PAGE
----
Tuesday, March 5, 2013

A Missing Piece In Europe’s Growth Puzzle

by Reza Moghadam

iMF Direct

March 5, 2013

Even before the latest euro area GDP numbers and Italian elections cast a shadow over the continent, economists were struggling to reconcile the steady improvement in market sentiment with the more downbeat data on the economy, production, orders, and jobs.

This video looks at this puzzle from a somewhat different perspective than the usual—and still correct—narrative of weak banks and over-indebted public sectors caught in a vicious cycle. More specifically, we examine the role of household and corporate balance sheets in the countries under financial market stress and the implications for policy priorities.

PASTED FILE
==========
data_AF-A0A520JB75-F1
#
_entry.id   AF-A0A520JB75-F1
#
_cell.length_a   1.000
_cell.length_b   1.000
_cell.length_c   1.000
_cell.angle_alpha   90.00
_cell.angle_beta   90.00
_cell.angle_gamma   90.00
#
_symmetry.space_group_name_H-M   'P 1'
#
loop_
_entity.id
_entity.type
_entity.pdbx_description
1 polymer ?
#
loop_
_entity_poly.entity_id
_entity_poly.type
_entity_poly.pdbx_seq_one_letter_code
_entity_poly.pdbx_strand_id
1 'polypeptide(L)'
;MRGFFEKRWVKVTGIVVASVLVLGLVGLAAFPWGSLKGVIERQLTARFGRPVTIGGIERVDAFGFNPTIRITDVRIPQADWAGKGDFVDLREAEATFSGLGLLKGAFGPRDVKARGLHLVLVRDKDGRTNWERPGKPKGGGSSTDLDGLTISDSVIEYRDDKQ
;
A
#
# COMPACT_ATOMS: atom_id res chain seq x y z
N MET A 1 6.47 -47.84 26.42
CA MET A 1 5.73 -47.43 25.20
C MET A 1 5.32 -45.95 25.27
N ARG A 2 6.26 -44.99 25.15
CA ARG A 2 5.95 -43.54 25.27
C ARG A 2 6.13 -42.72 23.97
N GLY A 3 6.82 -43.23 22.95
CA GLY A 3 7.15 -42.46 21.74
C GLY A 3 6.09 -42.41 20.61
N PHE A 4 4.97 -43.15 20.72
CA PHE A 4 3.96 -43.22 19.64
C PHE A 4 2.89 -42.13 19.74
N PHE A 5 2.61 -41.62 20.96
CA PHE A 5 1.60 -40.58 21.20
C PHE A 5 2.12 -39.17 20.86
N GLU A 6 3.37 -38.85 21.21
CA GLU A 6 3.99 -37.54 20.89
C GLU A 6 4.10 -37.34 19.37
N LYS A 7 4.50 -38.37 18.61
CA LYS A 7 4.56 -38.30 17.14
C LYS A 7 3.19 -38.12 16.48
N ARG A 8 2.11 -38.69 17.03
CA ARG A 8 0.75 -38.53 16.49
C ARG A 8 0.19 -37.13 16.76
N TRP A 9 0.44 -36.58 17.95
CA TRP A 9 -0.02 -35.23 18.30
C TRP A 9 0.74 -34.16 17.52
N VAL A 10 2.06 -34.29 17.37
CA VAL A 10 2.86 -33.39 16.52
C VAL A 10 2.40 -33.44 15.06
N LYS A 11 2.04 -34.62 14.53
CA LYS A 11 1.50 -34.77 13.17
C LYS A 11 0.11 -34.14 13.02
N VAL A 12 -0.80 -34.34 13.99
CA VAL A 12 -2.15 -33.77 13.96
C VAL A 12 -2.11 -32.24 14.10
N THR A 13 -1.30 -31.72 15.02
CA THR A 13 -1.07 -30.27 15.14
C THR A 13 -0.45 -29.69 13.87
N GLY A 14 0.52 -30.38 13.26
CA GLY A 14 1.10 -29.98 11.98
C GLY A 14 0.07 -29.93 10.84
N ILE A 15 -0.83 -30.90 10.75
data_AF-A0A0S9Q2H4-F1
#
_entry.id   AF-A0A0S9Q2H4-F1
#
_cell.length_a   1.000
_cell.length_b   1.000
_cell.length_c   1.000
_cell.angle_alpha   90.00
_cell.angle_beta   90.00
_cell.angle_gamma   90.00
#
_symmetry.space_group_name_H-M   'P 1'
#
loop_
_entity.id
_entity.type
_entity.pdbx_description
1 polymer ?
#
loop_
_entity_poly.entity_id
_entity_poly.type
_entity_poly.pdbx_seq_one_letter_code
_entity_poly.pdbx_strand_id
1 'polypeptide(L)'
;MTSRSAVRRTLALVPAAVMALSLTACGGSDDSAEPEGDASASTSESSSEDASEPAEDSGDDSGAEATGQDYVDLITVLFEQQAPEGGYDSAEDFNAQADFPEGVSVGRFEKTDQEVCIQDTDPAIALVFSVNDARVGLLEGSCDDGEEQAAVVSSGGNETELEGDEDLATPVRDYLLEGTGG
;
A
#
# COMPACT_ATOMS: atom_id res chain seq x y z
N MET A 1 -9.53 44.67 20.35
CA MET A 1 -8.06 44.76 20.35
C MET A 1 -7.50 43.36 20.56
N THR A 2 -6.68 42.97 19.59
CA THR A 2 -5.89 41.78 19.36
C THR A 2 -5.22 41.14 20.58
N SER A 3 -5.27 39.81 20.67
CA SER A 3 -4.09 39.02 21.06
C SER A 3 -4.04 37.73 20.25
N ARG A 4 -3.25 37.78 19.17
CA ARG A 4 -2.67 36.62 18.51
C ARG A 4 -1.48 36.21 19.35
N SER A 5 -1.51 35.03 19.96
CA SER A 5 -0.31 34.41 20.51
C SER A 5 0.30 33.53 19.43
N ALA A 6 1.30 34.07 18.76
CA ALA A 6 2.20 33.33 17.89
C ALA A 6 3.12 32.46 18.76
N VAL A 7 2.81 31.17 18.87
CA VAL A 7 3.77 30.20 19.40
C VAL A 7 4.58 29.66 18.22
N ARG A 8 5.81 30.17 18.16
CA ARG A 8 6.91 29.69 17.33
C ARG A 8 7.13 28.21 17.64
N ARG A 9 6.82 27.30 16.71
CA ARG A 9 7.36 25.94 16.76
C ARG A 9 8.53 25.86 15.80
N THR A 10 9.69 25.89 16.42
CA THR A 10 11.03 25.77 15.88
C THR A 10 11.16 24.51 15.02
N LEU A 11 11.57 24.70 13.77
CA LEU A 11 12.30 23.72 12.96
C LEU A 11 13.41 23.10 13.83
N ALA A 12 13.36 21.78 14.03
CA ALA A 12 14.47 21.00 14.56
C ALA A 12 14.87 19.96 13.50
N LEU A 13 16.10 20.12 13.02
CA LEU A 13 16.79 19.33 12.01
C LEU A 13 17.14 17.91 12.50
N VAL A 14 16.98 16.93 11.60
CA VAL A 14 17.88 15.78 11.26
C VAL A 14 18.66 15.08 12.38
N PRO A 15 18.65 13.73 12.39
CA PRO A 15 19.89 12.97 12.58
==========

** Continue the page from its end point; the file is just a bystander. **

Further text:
Some countries in the euro area do not just suffer from over-extended government and bank balance sheets, but also from over-extended household and corporate balance sheets. While the type of stress (household, corporate, or bank) differs from country to country, it is sufficiently large to be a potential drag on domestic demand. The negative relationship between pre-crisis indebtedness and post crisis growth—in incomes, consumption, and investment— is striking.


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